Archive for June, 2009

Media was Always Social. Scale is what’s changed.

Being in the media field I’m inundated with content discussing Social Media.  Social this.  Social that.  Perhaps this is why Ad Age’s Matt Jones’ article “Why I Hate Social Media” grabbed my attention.  Here is an excerpt:

People are interesting. Ideas are interesting. Stories are interesting. Real stuff is interesting. Brands are interesting (or, at least, some of them are). Even ads can be interesting. But media? Media just connects those things. It’s a conduit. Media is not interesting. Not even the “social” kind.

He’s right of course.  The only people who really care about the developments in social media are the people making the developments.  Yet the mainstream media, me and my peers, and brand marketers everywhere seem to perpetually be drawn to the discussion of the thing rather than how to make people, ideas, and stories interesting.

Part of the problem is media insiders DO find these stories interesting.  The collapse of long revered brands, the rise of other brands, the guerilla warfare of platforms looking to outsmart their competitors IS interesting on one level.

The problem is it creates an artificial distinction between US and THEM.  To debate the validity and longterm viability or Twitter misses the fact that Twitter’s long term existence doesn’t really matter as much as the ability to share, distribute, and openly harness an API to create meaningful applications which will undoubtably continue regardless of Twitter’s future.

Media hasn’t become social.  It always was.  I talked about the latest Dukes of Hazzard episode with anyone who would listen in 1980.  My mother sent me newspaper clippings all the through my college career (for example – don’t use Bean0, it is made with penicillin! [I’m alergic.]) The difference now is that media is social with SCALE.

Advertising trained the social out of marketers

011206 Smoking Bicycle LargeI was just at a conference for PR/communications/advertising educators on new media hosted by Edelman.  The exchange was lively and the sessions were really strong and prompted the thinking that follows.  That said, please understand I am  still thinking this through.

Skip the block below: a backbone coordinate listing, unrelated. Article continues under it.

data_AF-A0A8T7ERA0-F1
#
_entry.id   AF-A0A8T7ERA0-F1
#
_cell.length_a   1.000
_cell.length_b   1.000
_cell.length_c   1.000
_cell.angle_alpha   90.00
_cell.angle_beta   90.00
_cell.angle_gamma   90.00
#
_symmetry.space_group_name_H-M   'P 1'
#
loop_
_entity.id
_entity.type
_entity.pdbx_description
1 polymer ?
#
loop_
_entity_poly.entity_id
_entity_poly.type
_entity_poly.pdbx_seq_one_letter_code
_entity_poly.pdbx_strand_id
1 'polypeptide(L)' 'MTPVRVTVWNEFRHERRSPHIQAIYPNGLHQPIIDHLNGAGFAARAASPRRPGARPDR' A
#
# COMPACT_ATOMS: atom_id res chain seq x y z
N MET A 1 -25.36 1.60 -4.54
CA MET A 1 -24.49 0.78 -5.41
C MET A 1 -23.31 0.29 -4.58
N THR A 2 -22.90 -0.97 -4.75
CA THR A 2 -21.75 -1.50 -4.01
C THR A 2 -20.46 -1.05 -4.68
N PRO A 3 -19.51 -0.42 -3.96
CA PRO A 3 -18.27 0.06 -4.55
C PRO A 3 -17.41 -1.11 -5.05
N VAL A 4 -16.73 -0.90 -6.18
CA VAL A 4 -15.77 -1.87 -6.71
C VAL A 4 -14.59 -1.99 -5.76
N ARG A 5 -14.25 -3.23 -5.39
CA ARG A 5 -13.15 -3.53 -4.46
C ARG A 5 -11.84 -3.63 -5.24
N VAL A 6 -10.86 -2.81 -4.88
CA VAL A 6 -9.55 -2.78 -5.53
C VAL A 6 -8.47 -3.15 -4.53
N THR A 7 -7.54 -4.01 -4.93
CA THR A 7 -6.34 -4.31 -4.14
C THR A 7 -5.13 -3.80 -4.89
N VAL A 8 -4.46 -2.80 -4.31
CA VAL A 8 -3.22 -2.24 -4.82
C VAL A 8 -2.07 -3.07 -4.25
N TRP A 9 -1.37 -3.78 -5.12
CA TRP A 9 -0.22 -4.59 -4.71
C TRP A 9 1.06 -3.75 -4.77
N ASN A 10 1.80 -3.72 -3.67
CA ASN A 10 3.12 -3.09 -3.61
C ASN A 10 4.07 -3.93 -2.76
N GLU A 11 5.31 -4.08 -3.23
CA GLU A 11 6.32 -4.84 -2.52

For decades, PR and advertising classes taught people how to broadcast.  This required skills that took natural communication and repurposed it for a mass medium.  In many respects marketers had to train the social OUT of their communications.  The focus was on how to communicate with a group that can’t talk back.  Now, educators have students who understand the latest (mostly social) platforms as well as anyone.  The skill the students (and all of us) now need to learn revolve around how to make large causes, companies, and brands conversational in response to the new technologies that permit conversations at scale.

Who were the great marketers of previous centuries?  In many cases, the great marketers were people who could capture the attention of a crowd and jump start conversation and action.  Until relatively recently (say 120 years ago,) successful new businesses engaged a crowd in a new and meaningful in the streets of each and every town.  Or they inspired action through prose.  Politicians relied almost exclusively these two tools to get elected or to inspire legislation.  They went on tours through their district/state/country to get their message out and then relied on newspapers to take that message to people who couldn’t attend.  Events like the World’s Fairs, city markets, etc attracted crowds of people to see and experience new ideas and concepts.  From those hubs, people took the ideas and spread them to their social graph.

Other successful marketers were able to inspire others to spread their ideas and products for them.  Whether paid or volunteer, the ability to mobilize a crowd of people was an essential component to many of the great businesses of the past. Marketing was about taking the message viral.

Much of the media innovation that has occurred in the past 300 years has created efficiencies in the delivery of a message.  Newspapers and Magazines provided effective ways to spread a message to people asynchronously.  Radio and TV allowed people to leverage their communication skills to ever larger groups of people.  As this happened, marketing became less social.

We now enter a time where technology demands marketers relearn the skills we marketing professionals have largely trained out of ourselves due to the requirements of scale.  Successful marketers must harness groups of volunteers to spread their message digitally and in person.  Marketers can choose to spread ideas through open platforms rather than push them down closed and expensive distribution channels.   You can buy reach, you can earn reach, and in most cases you do both.

Does this resonate?  I will admit it is not yet a firmly held conviction but the seed of a thought that feels right to me.  What am I missing?